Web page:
Commander's Fit Tip: Diversification ... it's not just for your stock portfolio
By Col. Michael Panarisi, AEDC/PA
/ Published January 11, 2011
ARNOLD AIR FORCE BASE, Tenn. --
With so many exercise routines available, it's hard to imagine that most of us are closer to "one trick ponies" than we'd like to admit.
But it's true.
Ask a fellow gym rat to share their log book, and you'll see a heavy dose of a favorite, and in some cases, you'll see the same entries over and over again.
While a heavily focused routine can offer big gains for specific purposes, if your goals are tied not to a single sport or activity, you'll be in good company if you join the ranks of the "cross trainers."
Cross training isn't a universally accepted label, so rather than describe a routine that way, let's just clarify what we're after.
When I say "cross train," I mean "diversify."
A "diversified" routine changes the core of a workout just about every day.
For example, if you are working to improve your aerobic capacity, your list for the week could include a run on Monday, a spin class on Tuesday, elliptical trainer on Wednesday, swim on Thursday and a bike ride on Friday.
Changing intensity day by day on a single routine is useful, but can't be confused with diversity. If your program centers on running, a routine that includes sprints on Monday, a 5 mile jog on Tuesday, 5-K race pace on Wednesday, hills on Thursday and 10K on Friday (assuming you could run at all on Friday!) isn't really diversified.
So, what's the problem?
As we focus on a specific activity, we never let our joints, muscles and connective tissue REST, and over a long cycle, the risk of "repetitive motion" or "overuse" injuries rises significantly.
This is OK for the pros.
They are closely monitored by coaches and trainers and are well connected to their bodies. But for the rest of us, the gains in a single area just aren't worth the risk.
You know what these risks are. Overuse a joint, and you'll pay over time.
Probably the most familiar is the infamous "Carpal Tunnel Syndrome."
In this condition, typically caused by poor biomechanics while typing, the tendons in your wrist become inflamed.
The nerves that pass through the "Carpal Tunnel" get squished.
Ask anyone who suffers from this condition...it's painful!
To avoid this risk across all of our joints, we need to "mix it up" while still keeping our eye on the prize.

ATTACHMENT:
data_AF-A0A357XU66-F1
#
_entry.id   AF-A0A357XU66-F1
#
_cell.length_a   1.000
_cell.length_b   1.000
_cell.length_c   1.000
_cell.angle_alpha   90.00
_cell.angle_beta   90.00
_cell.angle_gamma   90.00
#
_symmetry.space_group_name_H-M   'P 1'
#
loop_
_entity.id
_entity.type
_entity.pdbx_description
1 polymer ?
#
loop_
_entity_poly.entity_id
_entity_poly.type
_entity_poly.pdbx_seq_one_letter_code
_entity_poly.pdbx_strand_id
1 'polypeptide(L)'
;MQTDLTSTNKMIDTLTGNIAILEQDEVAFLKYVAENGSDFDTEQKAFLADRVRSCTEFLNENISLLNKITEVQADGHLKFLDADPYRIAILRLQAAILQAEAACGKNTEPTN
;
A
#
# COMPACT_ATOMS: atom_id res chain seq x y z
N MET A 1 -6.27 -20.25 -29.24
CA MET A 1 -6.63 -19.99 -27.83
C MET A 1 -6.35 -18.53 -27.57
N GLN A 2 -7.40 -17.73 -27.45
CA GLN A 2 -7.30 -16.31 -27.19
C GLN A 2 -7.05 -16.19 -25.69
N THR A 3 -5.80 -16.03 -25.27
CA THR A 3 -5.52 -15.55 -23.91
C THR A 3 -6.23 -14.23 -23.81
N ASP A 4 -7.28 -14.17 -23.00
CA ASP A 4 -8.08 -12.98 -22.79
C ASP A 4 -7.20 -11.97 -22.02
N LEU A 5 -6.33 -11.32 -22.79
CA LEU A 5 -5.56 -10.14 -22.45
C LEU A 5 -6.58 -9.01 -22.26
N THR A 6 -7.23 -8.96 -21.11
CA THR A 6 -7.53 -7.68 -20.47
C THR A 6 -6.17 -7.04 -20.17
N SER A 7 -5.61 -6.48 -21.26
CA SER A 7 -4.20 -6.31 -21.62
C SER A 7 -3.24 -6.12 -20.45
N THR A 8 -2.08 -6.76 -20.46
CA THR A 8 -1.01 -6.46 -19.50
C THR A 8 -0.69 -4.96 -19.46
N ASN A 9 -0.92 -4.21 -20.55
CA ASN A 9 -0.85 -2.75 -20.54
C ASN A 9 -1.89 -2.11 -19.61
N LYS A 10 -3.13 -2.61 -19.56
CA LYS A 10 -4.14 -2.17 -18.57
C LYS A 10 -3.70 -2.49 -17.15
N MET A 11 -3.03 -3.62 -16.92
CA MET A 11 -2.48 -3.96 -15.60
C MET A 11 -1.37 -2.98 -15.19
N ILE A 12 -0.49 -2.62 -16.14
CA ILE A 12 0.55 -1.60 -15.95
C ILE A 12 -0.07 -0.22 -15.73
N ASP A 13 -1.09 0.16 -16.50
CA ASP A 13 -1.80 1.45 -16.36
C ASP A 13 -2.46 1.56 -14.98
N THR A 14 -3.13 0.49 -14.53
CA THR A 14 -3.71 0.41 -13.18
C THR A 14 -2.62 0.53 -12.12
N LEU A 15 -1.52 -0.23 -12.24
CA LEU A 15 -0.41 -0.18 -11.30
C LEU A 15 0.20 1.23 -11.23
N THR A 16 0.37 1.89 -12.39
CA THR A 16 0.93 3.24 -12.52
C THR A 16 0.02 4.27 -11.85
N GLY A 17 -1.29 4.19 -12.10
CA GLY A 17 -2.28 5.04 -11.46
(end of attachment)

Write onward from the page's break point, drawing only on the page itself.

I know there are some doubters out there.
"But I have to get ready for my PT test, so I have to focus on running."
Think about it. Why do we repeat an activity? To "get better at it."
Pitchers will throw hundreds of balls a week to improve their accuracy.
Basketball players will repeat a "move" dozens of times to perfect a shot.
For these skill-based activities, repetition is necessary.
But running is not a skill activity.
The PT test doesn't measure your running skill, it measures your aerobic capacity (and your leg muscle endurance to a degree).
Lots of activities build aerobic capacity, and running does almost nothing for leg strength.
So a mix of activities will benefit all but the most accomplished runners.
To be sure, you still need to run, even mix up the runs you execute, but ignoring the alternatives is a mistake.
You don't have to get schizophrenic at the gym to pull this off.
Even swapping across two anchor activities will help. But this is one of those "the more the merrier" realms, and the choices really are out there.
Just look at our own gym: we have four different elliptical trainers; two different treadmills; three different stationary bikes (don't forget the spin bikes upstairs!); rowing machines; a hilly forest/dirt running trail; a flat gravel trail; a whole family of DVD workout routines; zumba; step aerobics; power yoga; spin classes; free weights, cable weighted equipment, and a host of body weight devices.
And don't forget, you have the services of a certified personal trainer at your disposal, no charge!
So stop by Ron's office, and ask him to walk you through a plan that will keep you on track to accomplish your goals and reduce the chance you'll come up short via a trip to the clinic.
If you've settled into a focused routine, you won't believe how much more you'll look forward to gym time when you have a whole new menu at your fingertips.
And you'll feel much better at the end of the week. If you've had to skip a day occasionally to fight off the "achies" you'll leave those setbacks behind.
That's the real benefit.
See you at the gym!